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Computational fluid dynamics orbiter model
This is a computational fluid dynamics computer-generated Space Shuttle model. DFC has supplanted wind tunnels for many evaluations of aircraft. As computing power increases and computer models become more sophisticated, CFD will largely replace wind tunnels.

Fluid Mechanics and Fluid Dynamics

Fluid mechanics is one of the oldest and broadest fields of engineering. It deals with the properties and behavior of fluids, i.e., liquids and gases at rest (fluid statics) or in motion (fluid dynamics). Because of their ability to flow, liquids and gases have many properties in common not shared by solids. The study of fluids in motion, or fluid dynamics, makes up the larger part of fluid mechanics. Branches of fluid dynamics include hydrodynamics (study of liquids in motion) and aerodynamics (study of gases in motion) as well as vortex dynamics, gas dynamics, computational fluid dynamics (CFD), convection heat transfer, flows of turbo machinery, acoustics, bio-fluids, physical oceanography, atmospheric dynamics, wind engineering, and the dynamics of two-phase flows. Modern design of aircraft, spacecraft, automobiles, ships, land and marine structures, power and propulsion systems, or heat exchangers relies on a clear understanding of the relevant fluid mechanics.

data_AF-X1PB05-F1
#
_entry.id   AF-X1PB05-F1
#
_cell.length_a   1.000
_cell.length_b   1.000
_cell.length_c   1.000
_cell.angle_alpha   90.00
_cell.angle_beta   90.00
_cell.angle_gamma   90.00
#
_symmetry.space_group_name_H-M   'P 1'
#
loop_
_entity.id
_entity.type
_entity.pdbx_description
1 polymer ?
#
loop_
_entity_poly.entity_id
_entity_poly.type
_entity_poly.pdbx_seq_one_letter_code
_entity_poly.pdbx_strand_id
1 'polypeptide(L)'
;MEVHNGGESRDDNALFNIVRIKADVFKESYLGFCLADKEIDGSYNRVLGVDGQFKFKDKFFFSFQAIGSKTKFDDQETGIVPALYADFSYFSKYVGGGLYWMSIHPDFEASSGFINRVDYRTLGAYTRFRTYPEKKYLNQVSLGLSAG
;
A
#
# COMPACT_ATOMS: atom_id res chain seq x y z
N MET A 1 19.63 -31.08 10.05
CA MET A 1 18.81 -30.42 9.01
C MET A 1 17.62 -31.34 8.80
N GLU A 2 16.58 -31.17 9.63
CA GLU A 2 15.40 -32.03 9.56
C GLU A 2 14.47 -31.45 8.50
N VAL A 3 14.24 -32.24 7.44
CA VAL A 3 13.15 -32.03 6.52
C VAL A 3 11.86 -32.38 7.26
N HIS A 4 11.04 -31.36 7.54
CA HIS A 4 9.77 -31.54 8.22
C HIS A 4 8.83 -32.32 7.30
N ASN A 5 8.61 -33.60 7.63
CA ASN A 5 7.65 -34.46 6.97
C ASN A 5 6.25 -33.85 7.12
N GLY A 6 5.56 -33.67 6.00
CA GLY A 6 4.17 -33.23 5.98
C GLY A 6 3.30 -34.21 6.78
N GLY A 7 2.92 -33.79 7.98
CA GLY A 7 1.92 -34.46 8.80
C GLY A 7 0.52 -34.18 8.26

CFD is a computational technology that enables the user to study the dynamics of things that flow. Using CFD, a computational model is built that represents the system or device being studied. Then, the fluid flow physics is applied to this virtual model, and the software generates a prediction of the flow about or inside the body being studied. With correct numerical simulation of the flow field, fluid forces and movements can be calculated and used for practical engineering purposes such as aircraft design.

CFD uses high-speed computers and numerical methods to seek approximate solutions to the mathematical equations that describe fluid flow. It allows designers to predict quantitatively what will happen when fluids flow and has, to some extent, replaced the use of wind tunnels for modeling of the behavior of fluids. Such an approach is useful because the complexity of fluid motion and its governing mathematical equations often defy more traditional techniques.